The LDV or Local Defence Volunteers traded in their pitchforks for .303 rifles and transformed into the more disciplined Home Guard around that time, while the womenfolk busied themselves knitting scarves and socks for the armed forces.

Them were indeed the days, 40

Re: After the war was over...

Forty Coats & Beano, I often as a kid went out to Long Kesh to watch the planes landing and taking off,some times on a bike other times just walking and if I had the money take the train back from Newport Halt to Lisburn.

By the way Forty Coats did you by any chance know Jim Heany whose Dad had the pub on Main Street Hillsborough he was a friend of mine though we lost touch when I left to go in the Royal Navy. I did hear from him some years ago in the USA as he was and probably still is living there,I can't remember though how I made contact with him.

Beano, Those tanks didn't always make it through the barricades,I know the one on the Longstone was often the scene of accidents,just like the tank that hit Orr's the chemists shop and killed Samuel Orr. Mauri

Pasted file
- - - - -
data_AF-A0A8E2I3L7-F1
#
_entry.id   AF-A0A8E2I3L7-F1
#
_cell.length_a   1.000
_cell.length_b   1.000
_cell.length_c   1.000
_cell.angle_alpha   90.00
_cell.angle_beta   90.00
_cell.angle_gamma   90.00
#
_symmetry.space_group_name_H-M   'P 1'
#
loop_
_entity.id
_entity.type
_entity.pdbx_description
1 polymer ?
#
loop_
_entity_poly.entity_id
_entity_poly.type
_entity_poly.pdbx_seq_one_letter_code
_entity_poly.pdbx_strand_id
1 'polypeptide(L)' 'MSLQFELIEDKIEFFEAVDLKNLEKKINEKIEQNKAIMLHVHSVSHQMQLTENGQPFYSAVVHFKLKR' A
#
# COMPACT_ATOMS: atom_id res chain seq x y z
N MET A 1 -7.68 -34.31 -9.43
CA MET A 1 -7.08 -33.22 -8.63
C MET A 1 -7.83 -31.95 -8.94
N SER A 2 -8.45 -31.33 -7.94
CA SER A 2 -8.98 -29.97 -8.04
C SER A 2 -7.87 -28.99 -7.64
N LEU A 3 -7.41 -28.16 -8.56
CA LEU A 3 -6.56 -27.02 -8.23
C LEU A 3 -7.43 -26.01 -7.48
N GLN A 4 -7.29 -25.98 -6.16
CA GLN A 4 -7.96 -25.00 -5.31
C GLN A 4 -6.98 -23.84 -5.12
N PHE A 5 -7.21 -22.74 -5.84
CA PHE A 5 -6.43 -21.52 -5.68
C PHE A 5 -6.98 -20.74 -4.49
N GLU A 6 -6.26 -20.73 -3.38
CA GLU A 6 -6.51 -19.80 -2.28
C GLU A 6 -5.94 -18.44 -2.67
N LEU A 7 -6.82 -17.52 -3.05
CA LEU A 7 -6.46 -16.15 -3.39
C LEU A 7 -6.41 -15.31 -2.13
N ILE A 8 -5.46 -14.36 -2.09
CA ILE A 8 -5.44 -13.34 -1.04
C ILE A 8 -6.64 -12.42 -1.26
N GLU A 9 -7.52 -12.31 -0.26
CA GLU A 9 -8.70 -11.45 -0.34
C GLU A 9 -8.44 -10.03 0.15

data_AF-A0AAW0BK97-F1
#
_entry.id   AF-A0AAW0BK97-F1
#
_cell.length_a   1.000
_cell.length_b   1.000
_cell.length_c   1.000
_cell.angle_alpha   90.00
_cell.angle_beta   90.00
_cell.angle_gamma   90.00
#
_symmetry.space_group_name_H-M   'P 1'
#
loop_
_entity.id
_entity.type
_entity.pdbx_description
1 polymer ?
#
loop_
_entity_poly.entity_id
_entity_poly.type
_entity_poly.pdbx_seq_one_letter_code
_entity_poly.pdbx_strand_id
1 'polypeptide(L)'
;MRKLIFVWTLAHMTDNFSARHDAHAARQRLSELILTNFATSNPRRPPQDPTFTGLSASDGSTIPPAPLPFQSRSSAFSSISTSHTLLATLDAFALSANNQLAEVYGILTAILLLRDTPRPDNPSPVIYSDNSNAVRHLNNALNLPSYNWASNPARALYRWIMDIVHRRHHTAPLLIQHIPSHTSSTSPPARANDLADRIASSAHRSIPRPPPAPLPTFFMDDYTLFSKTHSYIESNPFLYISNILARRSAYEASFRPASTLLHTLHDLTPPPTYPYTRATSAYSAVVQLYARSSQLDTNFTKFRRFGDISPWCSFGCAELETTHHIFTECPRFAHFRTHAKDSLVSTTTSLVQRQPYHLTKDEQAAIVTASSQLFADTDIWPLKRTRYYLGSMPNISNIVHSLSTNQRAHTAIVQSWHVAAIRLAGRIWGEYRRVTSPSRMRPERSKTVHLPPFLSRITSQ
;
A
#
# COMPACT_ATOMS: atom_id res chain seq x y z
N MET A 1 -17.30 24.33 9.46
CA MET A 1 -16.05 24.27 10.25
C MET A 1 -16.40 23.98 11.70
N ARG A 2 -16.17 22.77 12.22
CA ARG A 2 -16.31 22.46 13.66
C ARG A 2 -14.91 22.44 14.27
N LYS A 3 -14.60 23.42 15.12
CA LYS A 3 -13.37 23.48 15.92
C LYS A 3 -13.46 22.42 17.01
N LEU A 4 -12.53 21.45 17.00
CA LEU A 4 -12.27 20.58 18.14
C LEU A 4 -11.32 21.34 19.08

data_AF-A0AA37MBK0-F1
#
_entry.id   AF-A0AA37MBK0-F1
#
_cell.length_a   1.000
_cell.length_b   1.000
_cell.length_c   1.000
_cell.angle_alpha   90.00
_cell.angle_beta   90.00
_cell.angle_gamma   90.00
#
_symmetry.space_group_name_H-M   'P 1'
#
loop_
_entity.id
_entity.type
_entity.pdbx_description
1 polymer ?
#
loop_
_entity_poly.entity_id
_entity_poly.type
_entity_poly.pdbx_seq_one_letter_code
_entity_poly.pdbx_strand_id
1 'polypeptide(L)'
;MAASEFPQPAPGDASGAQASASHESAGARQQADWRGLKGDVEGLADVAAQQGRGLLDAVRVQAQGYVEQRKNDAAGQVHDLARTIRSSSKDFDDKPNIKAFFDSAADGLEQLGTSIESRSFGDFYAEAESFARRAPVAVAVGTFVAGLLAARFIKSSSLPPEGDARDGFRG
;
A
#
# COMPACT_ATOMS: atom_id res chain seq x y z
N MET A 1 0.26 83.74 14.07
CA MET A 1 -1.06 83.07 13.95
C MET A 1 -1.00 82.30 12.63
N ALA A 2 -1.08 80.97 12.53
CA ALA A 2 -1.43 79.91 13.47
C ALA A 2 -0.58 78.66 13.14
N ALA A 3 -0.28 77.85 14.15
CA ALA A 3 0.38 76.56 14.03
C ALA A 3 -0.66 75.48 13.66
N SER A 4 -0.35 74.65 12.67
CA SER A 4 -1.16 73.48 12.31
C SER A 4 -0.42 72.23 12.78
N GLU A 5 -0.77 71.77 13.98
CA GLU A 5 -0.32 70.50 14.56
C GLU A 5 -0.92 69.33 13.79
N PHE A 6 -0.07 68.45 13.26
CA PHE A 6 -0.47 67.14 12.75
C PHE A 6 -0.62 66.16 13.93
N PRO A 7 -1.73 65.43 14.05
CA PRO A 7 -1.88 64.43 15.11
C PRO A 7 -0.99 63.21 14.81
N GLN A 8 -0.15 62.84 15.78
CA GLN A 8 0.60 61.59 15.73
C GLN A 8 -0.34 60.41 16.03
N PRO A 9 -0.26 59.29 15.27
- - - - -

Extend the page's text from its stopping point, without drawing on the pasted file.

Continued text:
Re: After the war was over...

Yes Mauri, I did know a Jim Heenan, who’s father owned the pub, now called The Hillside. It was located on the right side of Main Street as you ascend the hill, right beside Butcher Walker’s.

Jim was one of the first seniors I befriended when I started attending Hillsborough PES, he had an older sister who’s name escapes me.


Re: After the war was over...

Mauri, if you go to “ Heenan’s Pub Hillsborough “ in your browser, and then click on Pub History, this will give you a very detailed history of the Pub, from way back.

You will find that Jim’s sister, Hazel, eventually took over the Pub after Jim left for the USA in the fifties.


Re: After the war was over...

FortyCoats, Never did meet Jim's sister,?? Another Hillsborough girl I knew was Helen Crothers who was at the Cental with me also Molly Woods though she lived closer to Dromore. Am having trouble locating that website you gave me but will keep trying. Mauri

Re: After the war was over...

Not to worry Mauri, I have copied and pasted the following writing from the site: